This is an extended sequence of poems and verse-essays about T.W. Adorno, taking a lead from various passages in his most accessible and engaging book Minima Moralia. The poems, like the book, are a complex amalgam of politics (always their ultimate focus) with philosophy, sociology, cultural commentary, aesthetic theory, and – not least – autobiographical reflections. The latter range from Adorno’s fondly nostalgic reminiscences of early childhood to thoughts of how school-playground bullying prefigured Nazi violence and how the experience of US exile in the 1940s evoked those same memories.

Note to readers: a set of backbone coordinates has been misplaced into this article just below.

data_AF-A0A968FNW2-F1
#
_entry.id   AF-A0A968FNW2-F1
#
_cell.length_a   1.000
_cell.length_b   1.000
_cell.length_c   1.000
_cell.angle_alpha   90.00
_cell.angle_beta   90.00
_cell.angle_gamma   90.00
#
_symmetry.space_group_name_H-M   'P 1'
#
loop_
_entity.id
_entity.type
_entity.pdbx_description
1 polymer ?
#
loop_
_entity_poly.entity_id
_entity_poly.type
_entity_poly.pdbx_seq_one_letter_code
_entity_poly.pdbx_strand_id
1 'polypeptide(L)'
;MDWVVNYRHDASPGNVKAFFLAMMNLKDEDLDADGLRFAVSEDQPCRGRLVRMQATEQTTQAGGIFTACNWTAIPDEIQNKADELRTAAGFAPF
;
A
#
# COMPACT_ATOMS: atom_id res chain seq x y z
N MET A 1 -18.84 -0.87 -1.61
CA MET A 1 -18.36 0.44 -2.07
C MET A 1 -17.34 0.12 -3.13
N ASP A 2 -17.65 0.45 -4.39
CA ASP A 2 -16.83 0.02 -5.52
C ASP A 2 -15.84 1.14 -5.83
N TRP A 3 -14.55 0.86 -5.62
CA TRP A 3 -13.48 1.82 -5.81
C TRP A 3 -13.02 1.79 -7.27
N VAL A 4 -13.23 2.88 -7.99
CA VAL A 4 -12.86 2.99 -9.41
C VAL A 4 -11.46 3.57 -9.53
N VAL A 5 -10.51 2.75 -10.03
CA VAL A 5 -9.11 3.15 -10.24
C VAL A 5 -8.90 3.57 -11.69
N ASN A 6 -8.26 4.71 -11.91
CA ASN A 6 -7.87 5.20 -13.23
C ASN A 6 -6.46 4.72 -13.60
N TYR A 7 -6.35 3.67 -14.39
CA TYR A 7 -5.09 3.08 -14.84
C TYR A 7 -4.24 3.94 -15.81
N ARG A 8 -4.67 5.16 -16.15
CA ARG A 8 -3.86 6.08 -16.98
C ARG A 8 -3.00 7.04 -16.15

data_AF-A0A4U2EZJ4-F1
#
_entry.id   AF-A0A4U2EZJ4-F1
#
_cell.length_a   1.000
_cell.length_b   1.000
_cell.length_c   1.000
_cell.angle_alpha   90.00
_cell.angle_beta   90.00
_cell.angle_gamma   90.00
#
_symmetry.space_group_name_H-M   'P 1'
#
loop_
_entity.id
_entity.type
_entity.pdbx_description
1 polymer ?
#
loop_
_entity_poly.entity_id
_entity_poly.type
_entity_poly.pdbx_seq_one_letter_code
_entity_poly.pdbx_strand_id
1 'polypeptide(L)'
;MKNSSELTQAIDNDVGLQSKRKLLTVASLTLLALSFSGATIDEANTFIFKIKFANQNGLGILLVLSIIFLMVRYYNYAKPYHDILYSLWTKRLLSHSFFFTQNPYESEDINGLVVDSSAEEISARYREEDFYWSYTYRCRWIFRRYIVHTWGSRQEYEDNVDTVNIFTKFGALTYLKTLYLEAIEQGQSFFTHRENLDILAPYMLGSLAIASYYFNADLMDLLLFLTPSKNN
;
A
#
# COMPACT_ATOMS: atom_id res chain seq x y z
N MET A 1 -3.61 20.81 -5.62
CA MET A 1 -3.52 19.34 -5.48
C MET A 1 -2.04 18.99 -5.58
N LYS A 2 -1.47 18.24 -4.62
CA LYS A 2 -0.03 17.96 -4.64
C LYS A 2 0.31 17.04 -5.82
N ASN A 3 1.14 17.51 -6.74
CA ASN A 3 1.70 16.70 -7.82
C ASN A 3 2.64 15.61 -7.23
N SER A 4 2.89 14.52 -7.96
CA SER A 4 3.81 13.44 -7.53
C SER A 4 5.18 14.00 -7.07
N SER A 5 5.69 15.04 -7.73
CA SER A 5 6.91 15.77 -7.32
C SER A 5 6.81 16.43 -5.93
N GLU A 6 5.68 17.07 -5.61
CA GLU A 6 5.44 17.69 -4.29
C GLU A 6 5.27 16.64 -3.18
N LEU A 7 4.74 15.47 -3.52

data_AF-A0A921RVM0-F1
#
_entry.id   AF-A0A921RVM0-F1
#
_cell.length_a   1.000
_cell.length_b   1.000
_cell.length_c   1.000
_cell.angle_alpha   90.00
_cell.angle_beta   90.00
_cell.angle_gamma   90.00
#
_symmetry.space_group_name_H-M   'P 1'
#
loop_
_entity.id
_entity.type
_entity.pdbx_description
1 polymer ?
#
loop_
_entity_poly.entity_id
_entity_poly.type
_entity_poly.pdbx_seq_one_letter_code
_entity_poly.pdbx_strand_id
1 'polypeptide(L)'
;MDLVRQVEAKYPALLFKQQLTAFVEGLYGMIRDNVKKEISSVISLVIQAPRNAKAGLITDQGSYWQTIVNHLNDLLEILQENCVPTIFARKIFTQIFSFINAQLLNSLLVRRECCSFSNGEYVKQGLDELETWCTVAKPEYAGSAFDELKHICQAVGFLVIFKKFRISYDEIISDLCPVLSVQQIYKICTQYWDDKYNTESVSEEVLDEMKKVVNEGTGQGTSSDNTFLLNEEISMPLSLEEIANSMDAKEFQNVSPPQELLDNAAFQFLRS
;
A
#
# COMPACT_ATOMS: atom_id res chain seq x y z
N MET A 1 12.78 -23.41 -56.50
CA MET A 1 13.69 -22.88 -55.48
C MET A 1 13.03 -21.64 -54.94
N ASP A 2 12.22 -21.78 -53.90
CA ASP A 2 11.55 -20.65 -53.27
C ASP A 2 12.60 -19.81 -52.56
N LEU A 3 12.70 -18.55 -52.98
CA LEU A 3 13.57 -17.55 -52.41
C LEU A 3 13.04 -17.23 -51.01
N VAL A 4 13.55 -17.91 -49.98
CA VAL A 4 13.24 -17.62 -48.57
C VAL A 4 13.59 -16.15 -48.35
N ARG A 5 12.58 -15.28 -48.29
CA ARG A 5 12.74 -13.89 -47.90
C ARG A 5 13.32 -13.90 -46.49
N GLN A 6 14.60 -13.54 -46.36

The poems are examples of ‘creative criticism’, a genre that in this case allows the interaction of Adorno’s hard-pressed negative dialectics with a range of exacting poetic forms, metrical arrangements, and rhyme-schemes. They are ‘formalist’ in the active – properly dialectical – sense of deploying such structural resources to draw out meanings and implications that are latent or unspoken in the source-text. The book is thus on the one hand a tribute to Adorno’s unequalled powers as a social critic and cultural-political theorist and on the other a case for the kind of poetry that engages issues beyond the narrowly personal remit of much contemporary verse.
About the author: Christopher Norris is Emeritus Professor in Philosophy at the University of Cardiff and author of many books on philosophy, literary theory, music, and the history of ideas. The present collection is a sequel to Hedgehogs: verse-reflections after Derrida (utopos, 2020).